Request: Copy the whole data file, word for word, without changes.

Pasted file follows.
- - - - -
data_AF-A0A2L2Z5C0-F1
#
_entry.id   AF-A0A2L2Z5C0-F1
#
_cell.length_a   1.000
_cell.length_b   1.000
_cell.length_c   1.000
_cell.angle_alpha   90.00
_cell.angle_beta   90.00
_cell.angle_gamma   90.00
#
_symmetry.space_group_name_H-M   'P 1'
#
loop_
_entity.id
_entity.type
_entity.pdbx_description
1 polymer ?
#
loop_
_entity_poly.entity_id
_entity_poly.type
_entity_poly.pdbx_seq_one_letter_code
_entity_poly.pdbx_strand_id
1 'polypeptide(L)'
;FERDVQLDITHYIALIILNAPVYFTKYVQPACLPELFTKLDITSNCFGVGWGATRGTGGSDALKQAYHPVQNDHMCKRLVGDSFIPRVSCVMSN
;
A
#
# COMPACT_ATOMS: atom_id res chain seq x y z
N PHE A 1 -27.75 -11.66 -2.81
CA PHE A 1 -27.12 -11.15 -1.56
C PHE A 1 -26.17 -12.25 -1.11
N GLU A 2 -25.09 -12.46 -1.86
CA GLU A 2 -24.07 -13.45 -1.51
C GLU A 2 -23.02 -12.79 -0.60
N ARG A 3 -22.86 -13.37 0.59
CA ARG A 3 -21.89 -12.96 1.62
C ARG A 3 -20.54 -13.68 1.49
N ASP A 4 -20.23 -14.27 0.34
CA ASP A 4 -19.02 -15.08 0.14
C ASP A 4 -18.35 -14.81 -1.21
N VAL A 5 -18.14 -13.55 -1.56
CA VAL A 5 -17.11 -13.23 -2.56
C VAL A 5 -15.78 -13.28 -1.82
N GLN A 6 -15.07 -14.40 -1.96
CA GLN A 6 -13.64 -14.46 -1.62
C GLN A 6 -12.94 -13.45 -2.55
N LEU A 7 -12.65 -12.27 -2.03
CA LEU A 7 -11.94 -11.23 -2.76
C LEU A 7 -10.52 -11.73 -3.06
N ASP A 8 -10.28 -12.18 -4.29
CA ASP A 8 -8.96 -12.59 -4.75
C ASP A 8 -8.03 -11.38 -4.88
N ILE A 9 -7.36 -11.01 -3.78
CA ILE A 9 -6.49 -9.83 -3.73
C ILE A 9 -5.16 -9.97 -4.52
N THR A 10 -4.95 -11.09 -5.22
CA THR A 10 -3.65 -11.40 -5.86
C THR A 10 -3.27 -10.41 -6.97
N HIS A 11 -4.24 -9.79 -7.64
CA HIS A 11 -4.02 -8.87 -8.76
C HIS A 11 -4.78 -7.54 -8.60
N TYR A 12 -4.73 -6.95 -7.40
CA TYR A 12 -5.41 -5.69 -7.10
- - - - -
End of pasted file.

data_AF-A0A2L2Z5C0-F1
#
_entry.id   AF-A0A2L2Z5C0-F1
#
_cell.length_a   1.000
_cell.length_b   1.000
_cell.length_c   1.000
_cell.angle_alpha   90.00
_cell.angle_beta   90.00
_cell.angle_gamma   90.00
#
_symmetry.space_group_name_H-M   'P 1'
#
loop_
_entity.id
_entity.type
_entity.pdbx_description
1 polymer ?
#
loop_
_entity_poly.entity_id
_entity_poly.type
_entity_poly.pdbx_seq_one_letter_code
_entity_poly.pdbx_strand_id
1 'polypeptide(L)'
;FERDVQLDITHYIALIILNAPVYFTKYVQPACLPELFTKLDITSNCFGVGWGATRGTGGSDALKQAYHPVQNDHMCKRLVGDSFIPRVSCVMSN
;
A
#
# COMPACT_ATOMS: atom_id res chain seq x y z
N PHE A 1 -27.75 -11.66 -2.81
CA PHE A 1 -27.12 -11.15 -1.56
C PHE A 1 -26.17 -12.25 -1.11
N GLU A 2 -25.09 -12.46 -1.86
CA GLU A 2 -24.07 -13.45 -1.51
C GLU A 2 -23.02 -12.79 -0.60
N ARG A 3 -22.86 -13.37 0.59
CA ARG A 3 -21.89 -12.96 1.62
C ARG A 3 -20.54 -13.68 1.49
N ASP A 4 -20.23 -14.27 0.34
CA ASP A 4 -19.02 -15.08 0.14
C ASP A 4 -18.35 -14.81 -1.21
N VAL A 5 -18.14 -13.55 -1.56
CA VAL A 5 -17.11 -13.23 -2.56
C VAL A 5 -15.78 -13.28 -1.82
N GLN A 6 -15.07 -14.40 -1.96
CA GLN A 6 -13.64 -14.46 -1.62
C GLN A 6 -12.94 -13.45 -2.55
N LEU A 7 -12.65 -12.27 -2.03
CA LEU A 7 -11.94 -11.23 -2.76
C LEU A 7 -10.52 -11.73 -3.06
N ASP A 8 -10.28 -12.18 -4.29
CA ASP A 8 -8.96 -12.59 -4.75
C ASP A 8 -8.03 -11.38 -4.88
N ILE A 9 -7.36 -11.01 -3.78
CA ILE A 9 -6.49 -9.83 -3.73
C ILE A 9 -5.16 -9.97 -4.52
N THR A 10 -4.95 -11.09 -5.22
CA THR A 10 -3.65 -11.40 -5.86
C THR A 10 -3.27 -10.41 -6.97
N HIS A 11 -4.24 -9.79 -7.64
CA HIS A 11 -4.02 -8.87 -8.76
C HIS A 11 -4.78 -7.54 -8.60
N TYR A 12 -4.73 -6.95 -7.40
CA TYR A 12 -5.41 -5.69 -7.10